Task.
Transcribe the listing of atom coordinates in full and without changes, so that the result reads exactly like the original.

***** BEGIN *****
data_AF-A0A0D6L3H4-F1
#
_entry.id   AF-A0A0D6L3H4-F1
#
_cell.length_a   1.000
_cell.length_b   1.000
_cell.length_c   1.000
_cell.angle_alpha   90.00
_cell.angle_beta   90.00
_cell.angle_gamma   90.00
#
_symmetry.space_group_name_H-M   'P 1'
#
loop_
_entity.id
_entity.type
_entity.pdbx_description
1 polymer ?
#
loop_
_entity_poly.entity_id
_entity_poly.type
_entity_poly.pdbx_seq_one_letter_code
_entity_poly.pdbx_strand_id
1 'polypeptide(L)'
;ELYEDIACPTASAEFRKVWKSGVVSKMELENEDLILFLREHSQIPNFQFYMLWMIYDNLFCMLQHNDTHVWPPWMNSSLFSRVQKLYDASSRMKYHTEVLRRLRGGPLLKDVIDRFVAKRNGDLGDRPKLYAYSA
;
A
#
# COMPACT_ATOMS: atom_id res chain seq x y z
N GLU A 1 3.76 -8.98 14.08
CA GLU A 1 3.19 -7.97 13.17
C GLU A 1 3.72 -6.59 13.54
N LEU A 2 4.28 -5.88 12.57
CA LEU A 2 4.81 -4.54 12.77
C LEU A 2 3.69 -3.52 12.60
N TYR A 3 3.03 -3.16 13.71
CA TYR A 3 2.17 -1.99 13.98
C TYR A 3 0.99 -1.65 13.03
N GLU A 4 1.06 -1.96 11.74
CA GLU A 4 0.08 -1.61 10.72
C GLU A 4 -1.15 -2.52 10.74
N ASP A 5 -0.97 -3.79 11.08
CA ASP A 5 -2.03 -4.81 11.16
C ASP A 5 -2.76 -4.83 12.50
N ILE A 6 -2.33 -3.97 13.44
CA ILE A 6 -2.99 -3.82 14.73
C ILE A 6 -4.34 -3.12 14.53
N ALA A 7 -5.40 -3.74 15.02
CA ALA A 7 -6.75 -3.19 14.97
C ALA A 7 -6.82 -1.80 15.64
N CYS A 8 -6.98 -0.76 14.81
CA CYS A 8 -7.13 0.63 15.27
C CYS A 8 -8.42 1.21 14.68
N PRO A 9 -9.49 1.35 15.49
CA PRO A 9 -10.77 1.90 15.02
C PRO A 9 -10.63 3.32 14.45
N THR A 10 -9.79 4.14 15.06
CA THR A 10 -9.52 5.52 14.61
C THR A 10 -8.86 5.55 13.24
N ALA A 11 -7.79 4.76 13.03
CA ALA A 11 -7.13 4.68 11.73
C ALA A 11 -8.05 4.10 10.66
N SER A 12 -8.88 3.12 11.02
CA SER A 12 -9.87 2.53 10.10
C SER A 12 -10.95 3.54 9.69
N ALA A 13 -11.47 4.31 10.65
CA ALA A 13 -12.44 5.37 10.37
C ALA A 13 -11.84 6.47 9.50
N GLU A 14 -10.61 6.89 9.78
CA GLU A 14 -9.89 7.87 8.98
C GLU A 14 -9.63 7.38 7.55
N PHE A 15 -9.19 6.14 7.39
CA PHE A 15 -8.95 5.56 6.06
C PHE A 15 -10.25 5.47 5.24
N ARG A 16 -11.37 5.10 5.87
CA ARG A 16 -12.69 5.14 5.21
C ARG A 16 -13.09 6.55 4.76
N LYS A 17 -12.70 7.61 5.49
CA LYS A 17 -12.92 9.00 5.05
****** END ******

data_AF-A0A0D6L3H4-F1
#
_entry.id   AF-A0A0D6L3H4-F1
#
_cell.length_a   1.000
_cell.length_b   1.000
_cell.length_c   1.000
_cell.angle_alpha   90.00
_cell.angle_beta   90.00
_cell.angle_gamma   90.00
#
_symmetry.space_group_name_H-M   'P 1'
#
loop_
_entity.id
_entity.type
_entity.pdbx_description
1 polymer ?
#
loop_
_entity_poly.entity_id
_entity_poly.type
_entity_poly.pdbx_seq_one_letter_code
_entity_poly.pdbx_strand_id
1 'polypeptide(L)'
;ELYEDIACPTASAEFRKVWKSGVVSKMELENEDLILFLREHSQIPNFQFYMLWMIYDNLFCMLQHNDTHVWPPWMNSSLFSRVQKLYDASSRMKYHTEVLRRLRGGPLLKDVIDRFVAKRNGDLGDRPKLYAYSA
;
A
#
# COMPACT_ATOMS: atom_id res chain seq x y z
N GLU A 1 3.76 -8.98 14.08
CA GLU A 1 3.19 -7.97 13.17
C GLU A 1 3.72 -6.59 13.54
N LEU A 2 4.28 -5.88 12.57
CA LEU A 2 4.81 -4.54 12.77
C LEU A 2 3.69 -3.52 12.60
N TYR A 3 3.03 -3.16 13.71
CA TYR A 3 2.17 -1.99 13.98
C TYR A 3 0.99 -1.65 13.03
N GLU A 4 1.06 -1.96 11.74
CA GLU A 4 0.08 -1.61 10.72
C GLU A 4 -1.15 -2.52 10.74
N ASP A 5 -0.97 -3.79 11.08
CA ASP A 5 -2.03 -4.81 11.16
C ASP A 5 -2.76 -4.83 12.50
N ILE A 6 -2.33 -3.97 13.44
CA ILE A 6 -2.99 -3.82 14.73
C ILE A 6 -4.34 -3.12 14.53
N ALA A 7 -5.40 -3.74 15.02
CA ALA A 7 -6.75 -3.19 14.97
C ALA A 7 -6.82 -1.80 15.64
N CYS A 8 -6.98 -0.76 14.81
CA CYS A 8 -7.13 0.63 15.27
C CYS A 8 -8.42 1.21 14.68
N PRO A 9 -9.49 1.35 15.49
CA PRO A 9 -10.77 1.90 15.02
C PRO A 9 -10.63 3.32 14.45
N THR A 10 -9.79 4.14 15.06
CA THR A 10 -9.52 5.52 14.61
C THR A 10 -8.86 5.55 13.24
N ALA A 11 -7.79 4.76 13.03
CA ALA A 11 -7.13 4.68 11.73
C ALA A 11 -8.05 4.10 10.66
N SER A 12 -8.88 3.12 11.02
CA SER A 12 -9.87 2.53 10.10
C SER A 12 -10.95 3.54 9.69
N ALA A 13 -11.47 4.31 10.65
CA ALA A 13 -12.44 5.37 10.37
C ALA A 13 -11.84 6.47 9.50
N GLU A 14 -10.61 6.89 9.78
CA GLU A 14 -9.89 7.87 8.98
C GLU A 14 -9.63 7.38 7.55
N PHE A 15 -9.19 6.14 7.39
CA PHE A 15 -8.95 5.56 6.06
C PHE A 15 -10.25 5.47 5.24
N ARG A 16 -11.37 5.10 5.87
CA ARG A 16 -12.69 5.14 5.21
C ARG A 16 -13.09 6.55 4.76
N LYS A 17 -12.70 7.61 5.49
CA LYS A 17 -12.92 9.00 5.05